Software Development

17 Jun 2013

Entrepreneurial Time Estimating Learned From My Father

By | 2017-04-03T11:27:55+00:00 June 17th, 2013|Categories: Doug's Blog, Leadership, Mindset and Motivation, Software Development|

With Father's Day just past I was reflecting on what I learned from my own father. Actually, I learned it from observation because I am pretty sure he was not intentionally passing on his wisdom.

If fact, like most entrepreneurs of the visionary bent, he was extremely optimistic in estimating effort for new ventures.

It usually went something like this.

"Doug, I am replacing the stairs on the deck and could use some help for an hour or so."

Deck construction time estimating businessNow if he said […]

5 Jul 2012

Innovate, Imitate or Replicate?

By | 2017-04-03T11:37:15+00:00 July 5th, 2012|Categories: Business Strategy, Doug's Blog, Manifast, Software Development|

You can either do things the way everyone else does them (imitate) or the way it has always been done (replicate)… or you can innovate and come up with something (hopefully) better. 

We had this discussion today at our Manifast development team meeting. 

When you are building a single user web application or one where only one person needs to interact with a piece of data at a time, things are relatively simple.

When you have an enterprise (even a small enterprise) software package where many people have to view and edit the same data, you have to address concurrency. Concurrency […]

17 Nov 2011

Agile is Out, Lean is In… Work Management Options

By | 2017-04-03T11:42:47+00:00 November 17th, 2011|Categories: Doug's Blog, Leadership, Software Development|

In business, there are two main types of work:

  • Ad hoc ongoing work, and
  • Project based work where a bunch of work is lumped together to achieve a bigger objective.

Of course the lines blur a lot: large ongoing work versus small projects.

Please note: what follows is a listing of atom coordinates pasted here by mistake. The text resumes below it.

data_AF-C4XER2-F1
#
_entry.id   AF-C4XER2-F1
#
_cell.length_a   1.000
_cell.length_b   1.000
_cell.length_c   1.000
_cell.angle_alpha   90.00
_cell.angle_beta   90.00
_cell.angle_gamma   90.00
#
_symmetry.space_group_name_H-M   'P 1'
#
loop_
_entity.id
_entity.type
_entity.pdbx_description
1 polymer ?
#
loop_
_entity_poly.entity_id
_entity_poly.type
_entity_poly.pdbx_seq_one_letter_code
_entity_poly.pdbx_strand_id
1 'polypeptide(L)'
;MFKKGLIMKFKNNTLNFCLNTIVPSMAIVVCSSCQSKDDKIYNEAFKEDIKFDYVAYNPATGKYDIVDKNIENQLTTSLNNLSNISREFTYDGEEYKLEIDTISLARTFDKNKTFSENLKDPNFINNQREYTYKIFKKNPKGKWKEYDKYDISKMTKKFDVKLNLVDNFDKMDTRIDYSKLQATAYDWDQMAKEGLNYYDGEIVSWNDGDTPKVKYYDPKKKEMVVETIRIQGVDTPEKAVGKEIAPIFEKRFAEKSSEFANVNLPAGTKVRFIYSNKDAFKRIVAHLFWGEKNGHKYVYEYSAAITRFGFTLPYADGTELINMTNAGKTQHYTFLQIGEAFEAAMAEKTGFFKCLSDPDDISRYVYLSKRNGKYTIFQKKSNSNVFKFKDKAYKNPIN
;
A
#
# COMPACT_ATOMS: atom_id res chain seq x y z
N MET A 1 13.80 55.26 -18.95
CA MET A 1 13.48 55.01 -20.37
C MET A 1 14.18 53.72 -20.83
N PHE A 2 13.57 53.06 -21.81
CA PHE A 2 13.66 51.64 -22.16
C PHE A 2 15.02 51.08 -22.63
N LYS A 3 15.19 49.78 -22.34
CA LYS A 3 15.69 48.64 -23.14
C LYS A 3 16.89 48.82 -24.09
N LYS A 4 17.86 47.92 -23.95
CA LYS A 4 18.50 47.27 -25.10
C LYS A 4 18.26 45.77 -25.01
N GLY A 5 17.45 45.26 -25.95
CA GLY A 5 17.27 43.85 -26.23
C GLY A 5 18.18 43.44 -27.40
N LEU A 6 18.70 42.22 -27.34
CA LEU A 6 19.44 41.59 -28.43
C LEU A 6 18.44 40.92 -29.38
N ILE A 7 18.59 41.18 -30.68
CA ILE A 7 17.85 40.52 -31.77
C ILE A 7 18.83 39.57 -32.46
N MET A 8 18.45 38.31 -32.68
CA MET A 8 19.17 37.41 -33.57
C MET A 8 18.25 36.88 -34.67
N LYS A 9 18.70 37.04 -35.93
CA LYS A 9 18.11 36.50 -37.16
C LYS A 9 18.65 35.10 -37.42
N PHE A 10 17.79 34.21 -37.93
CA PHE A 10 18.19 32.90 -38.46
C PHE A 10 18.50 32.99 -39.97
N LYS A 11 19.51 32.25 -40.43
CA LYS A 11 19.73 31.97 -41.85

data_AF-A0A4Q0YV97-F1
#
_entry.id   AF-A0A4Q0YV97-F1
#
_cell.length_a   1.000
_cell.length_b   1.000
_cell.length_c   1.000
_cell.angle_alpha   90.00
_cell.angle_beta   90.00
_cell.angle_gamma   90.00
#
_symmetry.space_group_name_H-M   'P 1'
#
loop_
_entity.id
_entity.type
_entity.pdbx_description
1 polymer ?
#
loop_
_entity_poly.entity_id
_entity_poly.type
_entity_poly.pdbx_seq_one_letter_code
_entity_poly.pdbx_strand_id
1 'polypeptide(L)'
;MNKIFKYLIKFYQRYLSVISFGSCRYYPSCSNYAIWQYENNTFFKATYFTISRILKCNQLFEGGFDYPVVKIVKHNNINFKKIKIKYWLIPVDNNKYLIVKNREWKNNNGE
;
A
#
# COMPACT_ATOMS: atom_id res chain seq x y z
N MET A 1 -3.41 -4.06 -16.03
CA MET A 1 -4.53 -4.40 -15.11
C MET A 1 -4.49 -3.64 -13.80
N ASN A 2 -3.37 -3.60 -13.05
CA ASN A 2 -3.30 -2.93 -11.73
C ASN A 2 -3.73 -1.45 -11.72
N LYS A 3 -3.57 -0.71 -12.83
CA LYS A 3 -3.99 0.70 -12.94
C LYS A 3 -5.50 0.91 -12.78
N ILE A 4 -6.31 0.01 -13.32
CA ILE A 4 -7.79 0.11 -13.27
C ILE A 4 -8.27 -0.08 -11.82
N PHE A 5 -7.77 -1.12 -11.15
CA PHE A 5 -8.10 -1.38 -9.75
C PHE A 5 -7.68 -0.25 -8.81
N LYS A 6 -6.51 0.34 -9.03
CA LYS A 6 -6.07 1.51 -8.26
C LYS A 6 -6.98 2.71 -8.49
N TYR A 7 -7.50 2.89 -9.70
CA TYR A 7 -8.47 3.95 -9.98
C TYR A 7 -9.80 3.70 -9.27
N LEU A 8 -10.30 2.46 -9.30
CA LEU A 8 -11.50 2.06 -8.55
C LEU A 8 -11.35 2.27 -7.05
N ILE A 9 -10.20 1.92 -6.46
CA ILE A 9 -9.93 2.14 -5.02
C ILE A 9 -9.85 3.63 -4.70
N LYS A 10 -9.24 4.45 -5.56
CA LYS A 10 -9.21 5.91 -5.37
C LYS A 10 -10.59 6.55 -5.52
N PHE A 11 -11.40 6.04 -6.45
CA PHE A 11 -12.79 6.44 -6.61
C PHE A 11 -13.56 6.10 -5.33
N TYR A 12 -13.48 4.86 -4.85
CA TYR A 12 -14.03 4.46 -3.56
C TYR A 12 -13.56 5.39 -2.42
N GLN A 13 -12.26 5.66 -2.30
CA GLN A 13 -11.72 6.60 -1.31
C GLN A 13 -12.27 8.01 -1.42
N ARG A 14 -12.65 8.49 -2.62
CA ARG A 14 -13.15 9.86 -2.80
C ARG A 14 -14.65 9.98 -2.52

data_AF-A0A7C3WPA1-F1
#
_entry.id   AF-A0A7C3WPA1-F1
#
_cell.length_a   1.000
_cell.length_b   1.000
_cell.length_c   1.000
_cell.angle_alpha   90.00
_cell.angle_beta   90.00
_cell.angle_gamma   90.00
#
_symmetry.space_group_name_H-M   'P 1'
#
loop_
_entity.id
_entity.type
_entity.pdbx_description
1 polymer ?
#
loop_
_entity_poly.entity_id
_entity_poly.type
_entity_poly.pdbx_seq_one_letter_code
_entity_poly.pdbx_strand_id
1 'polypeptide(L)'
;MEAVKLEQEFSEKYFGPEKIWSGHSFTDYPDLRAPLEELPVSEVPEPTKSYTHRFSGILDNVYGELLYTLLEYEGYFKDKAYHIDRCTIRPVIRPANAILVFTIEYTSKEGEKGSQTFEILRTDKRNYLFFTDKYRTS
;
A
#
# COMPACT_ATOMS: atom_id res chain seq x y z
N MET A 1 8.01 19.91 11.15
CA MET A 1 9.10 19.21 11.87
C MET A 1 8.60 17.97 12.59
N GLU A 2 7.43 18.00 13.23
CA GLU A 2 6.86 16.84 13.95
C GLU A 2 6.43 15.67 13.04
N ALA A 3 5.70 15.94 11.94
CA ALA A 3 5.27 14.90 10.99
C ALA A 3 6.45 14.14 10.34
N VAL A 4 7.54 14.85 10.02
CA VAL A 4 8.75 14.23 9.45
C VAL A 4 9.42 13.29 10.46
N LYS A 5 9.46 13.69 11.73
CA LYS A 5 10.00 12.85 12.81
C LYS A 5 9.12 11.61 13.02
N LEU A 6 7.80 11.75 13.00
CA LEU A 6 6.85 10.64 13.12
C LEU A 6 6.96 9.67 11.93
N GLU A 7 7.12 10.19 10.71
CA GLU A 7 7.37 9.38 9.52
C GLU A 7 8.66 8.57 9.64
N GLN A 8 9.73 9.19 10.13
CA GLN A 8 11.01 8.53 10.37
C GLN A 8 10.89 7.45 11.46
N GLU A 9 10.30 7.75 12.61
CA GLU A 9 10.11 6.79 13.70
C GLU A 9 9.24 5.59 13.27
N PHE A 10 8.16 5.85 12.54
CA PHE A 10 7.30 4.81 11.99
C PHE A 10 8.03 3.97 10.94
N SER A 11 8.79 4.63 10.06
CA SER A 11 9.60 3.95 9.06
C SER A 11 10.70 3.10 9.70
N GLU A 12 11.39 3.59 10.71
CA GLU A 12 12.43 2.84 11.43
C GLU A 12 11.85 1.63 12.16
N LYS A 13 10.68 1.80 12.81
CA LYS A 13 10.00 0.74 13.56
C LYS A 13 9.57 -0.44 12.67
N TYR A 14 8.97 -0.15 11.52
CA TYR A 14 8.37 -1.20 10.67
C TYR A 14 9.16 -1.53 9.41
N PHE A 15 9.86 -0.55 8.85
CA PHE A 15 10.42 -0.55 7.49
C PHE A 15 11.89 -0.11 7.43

Ad hoc ongoing work tends to be mostly queue based for most people. How this work gets managed (or not) varies wildly.

For project based work I see that you have 4 main options for managing it:

  • Schedule based – The standard planned up-front Gantt chart type project. A variation would be to plan/schedule only as far out as you need to until you get […]
27 Oct 2011

Build Something You Know… Or?

By | 2017-04-03T11:43:26+00:00 October 27th, 2011|Categories: Business Strategy, Doug's Blog, Software Development|

Good business advice is to build products and services around things you already know well. Then you can focus on one hard thing at a time; building a great product.

But not all innovators do so with something they already knew. In fact sometimes innovators are successful precisely because they brought fresh insight into an area where the experts already knew everything there was to know.

You can build a product that relies on expertise that you have to learn as you go. This is a lot harder, but possible.

The trick is to truly commit to becoming an expert in the new area; […]

18 Oct 2011

Getting Past Fear – Launching our MVP in November

By | 2017-04-04T14:53:29+00:00 October 18th, 2011|Categories: Business Strategy, Doug's Blog, Software Development|

Ok, I admit it. I was caught in a trap… actually a few; partly of my own making.

After reading “Lean Startup” (see review) and rethinking what I’ve learned from Seth Godin over the years the message is loud and clear. Build and ship, measure and learn, adapt and ship. This needs to happen sooner than later.

The fear comes from putting a product out there that is conceptually good on paper, but not yet feature complete nor as perfect as I would like. After all you only get one shot at a first impression, right?

But after reading Lean Startup […]

8 Sep 2011

Fueling the Myth